S.A.S v France: Controlling Identities in European Liberal Democracies
As discussed in previous posts, the ECtHR decided in S.A.S v France that the French criminal law ban on face coverings in all public places does not violate European human rights law. I want to look at this judgment through a theoretical lens: asking what human rights law is supposed to be for and how it impacts on our so called identity rights arising from Article 8’s right to respect for our private lives.
Human rights law’s purpose is repeatedly stated in relevant Treaties and case law to concern the protection of human dignity and human freedom. I argue that these concepts have to be interpreted in ways that empower us, freeing people from oppression and enabling us to live our own lives. The concepts should not prevent or constrain us from being who we are and want to be – the development of our personality – when it comes to appearance, including what we wear and what we look like. Most of the ECtHR Article 8 case law seems to support a view of ‘empowering’ identity, meaning each of us, in the words of Judge Martens dissenting in Cossey, ‘should be free to shape himself and his fate in the way that he deems best fits his personality.’
Human rights law is supposed to assist the oppressed, based on ideas of the universal equal entitlement of all to be free to live their own life. Because of this, there are certain things governments and others cannot do to us. As Ronald Dworkin puts it, each person is entitled to equal concern and respect by law, so rights ought to trump utilitarian, consequentialist government, majoritarian policies. ‘Alternative’ individual lifestyle choices and identities are supposed to be protected from populist infringement. Each person is in control and empowered, as much as he or she can be in a social environment, of any decisions they take.
In my view, this is not a solipsistic isolated individual who has been the object of much critique (see for example Charles Taylor Sources of the Self). Article 8’s interpretation as a right to identity now embraces gender identification, name, sex, personal development, the right to establish and develop relationships with other human beings and the outside world and appearance and clothing. With a clear recognition that our identity is formed in and through a social context, there is a positive obligation on states to provide certain social conditions to enable this. This is fostered through policies of inclusion not by criminally banning clothing which can exclude groups of women from participating in public life.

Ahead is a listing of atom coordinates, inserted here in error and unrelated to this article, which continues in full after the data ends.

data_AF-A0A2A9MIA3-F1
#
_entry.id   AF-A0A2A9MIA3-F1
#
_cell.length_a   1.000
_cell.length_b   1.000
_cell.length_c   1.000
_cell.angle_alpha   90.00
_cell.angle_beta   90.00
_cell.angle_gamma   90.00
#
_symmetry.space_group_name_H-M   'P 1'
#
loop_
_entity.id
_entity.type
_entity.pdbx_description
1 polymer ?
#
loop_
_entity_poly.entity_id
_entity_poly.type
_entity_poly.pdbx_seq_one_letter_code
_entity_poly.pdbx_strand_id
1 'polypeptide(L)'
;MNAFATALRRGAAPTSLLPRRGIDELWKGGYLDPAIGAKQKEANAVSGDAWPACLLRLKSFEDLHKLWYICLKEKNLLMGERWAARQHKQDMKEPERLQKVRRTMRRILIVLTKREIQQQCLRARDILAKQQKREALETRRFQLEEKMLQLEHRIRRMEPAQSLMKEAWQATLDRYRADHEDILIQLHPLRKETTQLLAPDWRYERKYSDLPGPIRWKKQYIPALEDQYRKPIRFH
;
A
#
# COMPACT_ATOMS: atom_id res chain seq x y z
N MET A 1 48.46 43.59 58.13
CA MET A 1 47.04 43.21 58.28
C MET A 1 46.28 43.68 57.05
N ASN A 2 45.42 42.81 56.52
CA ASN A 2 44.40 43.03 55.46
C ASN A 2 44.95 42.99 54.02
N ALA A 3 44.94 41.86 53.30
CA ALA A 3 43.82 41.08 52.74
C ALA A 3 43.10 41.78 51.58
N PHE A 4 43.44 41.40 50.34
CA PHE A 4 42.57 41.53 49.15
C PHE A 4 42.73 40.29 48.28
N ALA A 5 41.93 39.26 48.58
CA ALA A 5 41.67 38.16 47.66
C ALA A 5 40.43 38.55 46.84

In 2010, the Parliamentary Assembly of the Council of Europe clearly stated that face veil bans would not be supported. One of its Committees reported that such bans distract from the real difficulties of integrating Muslims into European societies. It concluded that states should respect the voluntary decision of Muslim women to wear religious clothing, comparing this to the respect given to Christian nuns and orthodox Jewish men and women. Instead of general bans, States are called upon to protect women’s free choice to wear special clothing with only very limited legal restrictions, such as where professional functions require their faces to be seen. A general ban could affect women’s free movement and socially exclude them: it is not the way forward in democracies.
Of course, I accept that personality rights, including visible religious expressions, are qualified and one of the grounds for qualification is the rights and freedoms of others. In making its assessment, the Court must consider the margin of appreciation and the nature of the right in question. However, in other case law this is reduced if the activity concerns an ‘intimate area’ of one’s life, which has been equated with sex (see A Pedain’s interesting analysis of this point in relation to assisted dying). This is problematic for many people who consider expressions of identity as ‘intimately’ connected and intrinsic to who they are; including some religious people who wish to wear clothing or other symbols very obvious to others. In addition, the qualification cannot amount to a trampling of individual rights in the name of unclear, unanalysed and unsubstantiated ‘rights and freedoms of others’ without explaining who and what these are. Yet this seems to have happened in S.A.S. It would be helpful if these points were clarified by the Court.